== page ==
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Lecture 34: Chapter 5 Today’s topic –Virtual Memories 1.

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Presentation on theme: "Lecture 34: Chapter 5 Today’s topic –Virtual Memories 1."— Presentation transcript:

1 Lecture 34: Chapter 5 Today’s topic –Virtual Memories 1

2 Associative Cache Example 2 The location of the block with address ‘12’ varies depending on the type of the cache memory and degree of associativity. In a direct mapped of size 8 blocks, the memory address ‘12’ is associated with the block address ‘4’ in the cache memory because 12 = (1100) 2 Thus (12 modulo 8) = 4 = (100) 2 is used to find location in the cache. In a 2-way set associative, there will be 4 sets. Thus, the corresponding location is cash is the block number (12 modulo 4) = 0. In a full associative scenario, the memory block for block address 12 can appear in any of the eight cache blocks.

3 Set Associative Cache Organization 3

4 Replacement Policy Direct mapped: no choice Set associative –Prefer non-valid entry, if there is one –Otherwise, choose among entries in the set Least-recently used (LRU) –Choose the one unused for the longest time Simple for 2-way, manageable for 4-way, too hard beyond that Random –Gives approximately the same performance as LRU for high associativity 4

5 Virtual Memory Use main memory as a “cache” for secondary (disk) storage –Managed jointly by CPU hardware and the operating system (OS) Programs share main memory –Each gets a private virtual address space holding its frequently used code and data –Protected from other programs CPU and OS translate virtual addresses to physical addresses –VM “block” is called a page –VM translation “miss” is called a page fault 5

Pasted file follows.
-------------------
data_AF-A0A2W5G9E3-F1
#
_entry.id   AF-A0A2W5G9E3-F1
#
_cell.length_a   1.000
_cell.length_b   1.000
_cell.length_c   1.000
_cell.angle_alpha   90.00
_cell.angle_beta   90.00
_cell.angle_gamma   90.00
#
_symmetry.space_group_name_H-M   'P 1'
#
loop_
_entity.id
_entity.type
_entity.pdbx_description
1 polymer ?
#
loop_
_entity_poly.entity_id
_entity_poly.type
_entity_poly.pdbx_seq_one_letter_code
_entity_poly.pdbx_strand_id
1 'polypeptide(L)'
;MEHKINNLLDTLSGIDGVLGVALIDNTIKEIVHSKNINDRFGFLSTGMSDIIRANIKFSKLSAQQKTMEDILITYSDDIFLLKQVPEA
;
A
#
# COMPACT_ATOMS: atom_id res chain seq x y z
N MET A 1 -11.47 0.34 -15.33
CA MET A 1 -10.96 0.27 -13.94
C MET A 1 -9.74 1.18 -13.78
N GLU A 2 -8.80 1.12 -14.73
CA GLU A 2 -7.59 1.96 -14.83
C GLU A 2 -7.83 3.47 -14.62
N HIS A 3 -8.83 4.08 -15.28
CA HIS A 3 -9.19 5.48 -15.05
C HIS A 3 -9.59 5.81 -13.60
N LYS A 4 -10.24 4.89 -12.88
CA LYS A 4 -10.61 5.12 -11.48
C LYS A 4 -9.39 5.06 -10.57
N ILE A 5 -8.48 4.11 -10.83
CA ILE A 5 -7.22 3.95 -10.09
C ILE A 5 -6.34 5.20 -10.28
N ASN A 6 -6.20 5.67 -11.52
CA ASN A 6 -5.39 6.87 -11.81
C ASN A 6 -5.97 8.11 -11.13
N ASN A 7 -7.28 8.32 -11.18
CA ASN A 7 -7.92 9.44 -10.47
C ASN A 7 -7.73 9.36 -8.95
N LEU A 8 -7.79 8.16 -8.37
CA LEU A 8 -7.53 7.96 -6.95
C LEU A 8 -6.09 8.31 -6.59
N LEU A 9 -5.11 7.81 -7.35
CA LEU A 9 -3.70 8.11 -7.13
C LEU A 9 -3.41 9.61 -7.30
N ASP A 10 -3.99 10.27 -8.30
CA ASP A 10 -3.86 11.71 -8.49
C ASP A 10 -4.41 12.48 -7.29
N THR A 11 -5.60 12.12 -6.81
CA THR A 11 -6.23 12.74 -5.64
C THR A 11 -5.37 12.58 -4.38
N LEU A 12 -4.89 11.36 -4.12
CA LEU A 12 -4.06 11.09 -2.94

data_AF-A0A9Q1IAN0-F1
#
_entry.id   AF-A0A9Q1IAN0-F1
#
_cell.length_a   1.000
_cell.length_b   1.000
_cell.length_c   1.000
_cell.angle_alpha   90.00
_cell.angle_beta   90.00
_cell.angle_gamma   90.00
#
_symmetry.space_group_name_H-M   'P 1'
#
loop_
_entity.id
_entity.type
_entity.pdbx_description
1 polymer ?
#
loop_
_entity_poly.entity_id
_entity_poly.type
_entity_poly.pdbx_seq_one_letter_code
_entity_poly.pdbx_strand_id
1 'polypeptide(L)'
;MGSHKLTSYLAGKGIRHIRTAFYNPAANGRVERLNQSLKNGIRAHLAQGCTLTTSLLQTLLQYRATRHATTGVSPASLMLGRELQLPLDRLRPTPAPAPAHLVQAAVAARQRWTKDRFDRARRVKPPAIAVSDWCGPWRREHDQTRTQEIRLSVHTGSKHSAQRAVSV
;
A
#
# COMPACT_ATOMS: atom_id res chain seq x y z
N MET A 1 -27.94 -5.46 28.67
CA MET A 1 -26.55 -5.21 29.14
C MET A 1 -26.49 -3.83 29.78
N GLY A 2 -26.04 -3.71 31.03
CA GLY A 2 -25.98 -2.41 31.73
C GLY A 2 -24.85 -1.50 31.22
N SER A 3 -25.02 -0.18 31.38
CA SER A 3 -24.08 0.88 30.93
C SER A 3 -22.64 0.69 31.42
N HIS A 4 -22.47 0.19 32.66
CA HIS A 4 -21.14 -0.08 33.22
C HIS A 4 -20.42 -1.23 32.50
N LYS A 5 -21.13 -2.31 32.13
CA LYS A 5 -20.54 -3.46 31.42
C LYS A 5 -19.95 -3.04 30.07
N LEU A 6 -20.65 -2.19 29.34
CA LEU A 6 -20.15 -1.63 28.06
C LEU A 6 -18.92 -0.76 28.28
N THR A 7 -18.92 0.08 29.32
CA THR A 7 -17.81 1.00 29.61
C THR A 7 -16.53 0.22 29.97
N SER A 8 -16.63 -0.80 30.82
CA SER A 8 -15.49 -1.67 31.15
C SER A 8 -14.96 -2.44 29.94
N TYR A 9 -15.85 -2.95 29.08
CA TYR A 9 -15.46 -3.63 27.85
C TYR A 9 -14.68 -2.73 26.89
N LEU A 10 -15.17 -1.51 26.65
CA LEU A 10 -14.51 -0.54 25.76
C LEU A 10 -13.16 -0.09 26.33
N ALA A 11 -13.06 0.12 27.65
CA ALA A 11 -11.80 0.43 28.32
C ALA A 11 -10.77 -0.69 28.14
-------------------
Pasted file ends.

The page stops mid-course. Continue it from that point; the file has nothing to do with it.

6 Address Translation Fixed-size pages (e.g., 4K) The page size is 4K = 2 12. The number of physical pages allowed in memory is 2 18 since the physical page number has 18 bits in it. Thus, main memory can have at most 1GB while the virtual address space is 4GB. 6

7 Page Fault Penalty On page fault, the page must be fetched from disk –Takes millions of clock cycles –Handled by OS code Try to minimize page fault rate –Fully associative placement –Smart replacement algorithms 7

8 Page Tables Stores placement information –Array of page table entries, indexed by virtual page number –Page table register in CPU points to page table in physical memory If page is present in memory –PTE stores the physical page number –Plus other status bits (referenced, dirty, …) If page is not present –PTE can refer to location in swap space on disk 8

9 Translation Using a Page Table 9

10 Mapping Pages to Storage 10

11 Replacement and Writes To reduce page fault rate, prefer least- recently used (LRU) replacement –Reference bit (aka use bit) in PTE set to 1 on access to page –Periodically cleared to 0 by OS –A page with reference bit = 0 has not been used recently Disk writes take millions of cycles –Block at once, not individual locations –Write through is impractical –Use write-back –Dirty bit in PTE set when page is written 11

12 Fast Translation Using a TLB Address translation would appear to require extra memory references –One to access the PTE –Then the actual memory access But access to page tables has good locality –So use a fast cache of PTEs within the CPU –Called a Translation Look-aside Buffer (TLB) –Typical: 16–512 PTEs, 0.5–1 cycle for hit, 10–100 cycles for miss, 0.01%–1% miss rate –Misses could be handled by hardware or software 12

13 Fast Translation Using a TLB 13

14 TLB Misses If page is in memory –Load the PTE from memory and retry –Could be handled in hardware Can get complex for more complicated page table structures –Or in software Raise a special exception, with optimized handler If page is not in memory (page fault) –OS handles fetching the page and updating the page table –Then restart the faulting instruction 14

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